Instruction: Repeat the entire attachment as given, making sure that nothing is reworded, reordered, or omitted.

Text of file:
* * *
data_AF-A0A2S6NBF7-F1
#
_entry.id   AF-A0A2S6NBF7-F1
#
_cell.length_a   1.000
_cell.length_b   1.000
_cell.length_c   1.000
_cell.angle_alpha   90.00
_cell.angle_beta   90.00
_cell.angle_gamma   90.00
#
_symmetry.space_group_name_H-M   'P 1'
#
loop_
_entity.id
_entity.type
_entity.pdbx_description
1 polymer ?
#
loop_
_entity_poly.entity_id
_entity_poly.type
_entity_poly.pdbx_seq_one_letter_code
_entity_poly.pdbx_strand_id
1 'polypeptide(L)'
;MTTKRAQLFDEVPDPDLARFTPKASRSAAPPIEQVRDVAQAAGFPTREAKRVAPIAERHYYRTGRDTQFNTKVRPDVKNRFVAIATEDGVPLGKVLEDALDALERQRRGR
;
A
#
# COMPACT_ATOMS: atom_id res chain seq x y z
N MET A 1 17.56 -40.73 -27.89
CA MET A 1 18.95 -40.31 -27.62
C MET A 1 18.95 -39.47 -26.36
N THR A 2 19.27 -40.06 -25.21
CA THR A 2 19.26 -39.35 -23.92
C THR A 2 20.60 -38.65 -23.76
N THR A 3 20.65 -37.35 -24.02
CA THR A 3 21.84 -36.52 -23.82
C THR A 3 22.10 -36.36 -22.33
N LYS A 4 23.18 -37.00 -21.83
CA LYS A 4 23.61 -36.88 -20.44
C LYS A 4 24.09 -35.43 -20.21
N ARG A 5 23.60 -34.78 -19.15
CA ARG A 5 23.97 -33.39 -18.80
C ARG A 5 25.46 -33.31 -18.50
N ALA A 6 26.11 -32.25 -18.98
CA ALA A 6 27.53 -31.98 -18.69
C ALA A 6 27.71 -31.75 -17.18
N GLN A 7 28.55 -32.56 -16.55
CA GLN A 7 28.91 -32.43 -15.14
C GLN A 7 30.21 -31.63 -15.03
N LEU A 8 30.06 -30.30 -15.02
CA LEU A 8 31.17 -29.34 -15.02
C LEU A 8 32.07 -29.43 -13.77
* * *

data_AF-A0A2S6NBF7-F1
#
_entry.id   AF-A0A2S6NBF7-F1
#
_cell.length_a   1.000
_cell.length_b   1.000
_cell.length_c   1.000
_cell.angle_alpha   90.00
_cell.angle_beta   90.00
_cell.angle_gamma   90.00
#
_symmetry.space_group_name_H-M   'P 1'
#
loop_
_entity.id
_entity.type
_entity.pdbx_description
1 polymer ?
#
loop_
_entity_poly.entity_id
_entity_poly.type
_entity_poly.pdbx_seq_one_letter_code
_entity_poly.pdbx_strand_id
1 'polypeptide(L)'
;MTTKRAQLFDEVPDPDLARFTPKASRSAAPPIEQVRDVAQAAGFPTREAKRVAPIAERHYYRTGRDTQFNTKVRPDVKNRFVAIATEDGVPLGKVLEDALDALERQRRGR
;
A
#
# COMPACT_ATOMS: atom_id res chain seq x y z
N MET A 1 17.56 -40.73 -27.89
CA MET A 1 18.95 -40.31 -27.62
C MET A 1 18.95 -39.47 -26.36
N THR A 2 19.27 -40.06 -25.21
CA THR A 2 19.26 -39.35 -23.92
C THR A 2 20.60 -38.65 -23.76
N THR A 3 20.65 -37.35 -24.02
CA THR A 3 21.84 -36.52 -23.82
C THR A 3 22.10 -36.36 -22.33
N LYS A 4 23.18 -37.00 -21.83
CA LYS A 4 23.61 -36.88 -20.44
C LYS A 4 24.09 -35.43 -20.21
N ARG A 5 23.60 -34.78 -19.15
CA ARG A 5 23.97 -33.39 -18.80
C ARG A 5 25.46 -33.31 -18.50
N ALA A 6 26.11 -32.25 -18.98
CA ALA A 6 27.53 -31.98 -18.69
C ALA A 6 27.71 -31.75 -17.18
N GLN A 7 28.55 -32.56 -16.55
CA GLN A 7 28.91 -32.43 -15.14
C GLN A 7 30.21 -31.63 -15.03
N LEU A 8 30.06 -30.30 -15.02
CA LEU A 8 31.17 -29.34 -15.02
C LEU A 8 32.07 -29.43 -13.77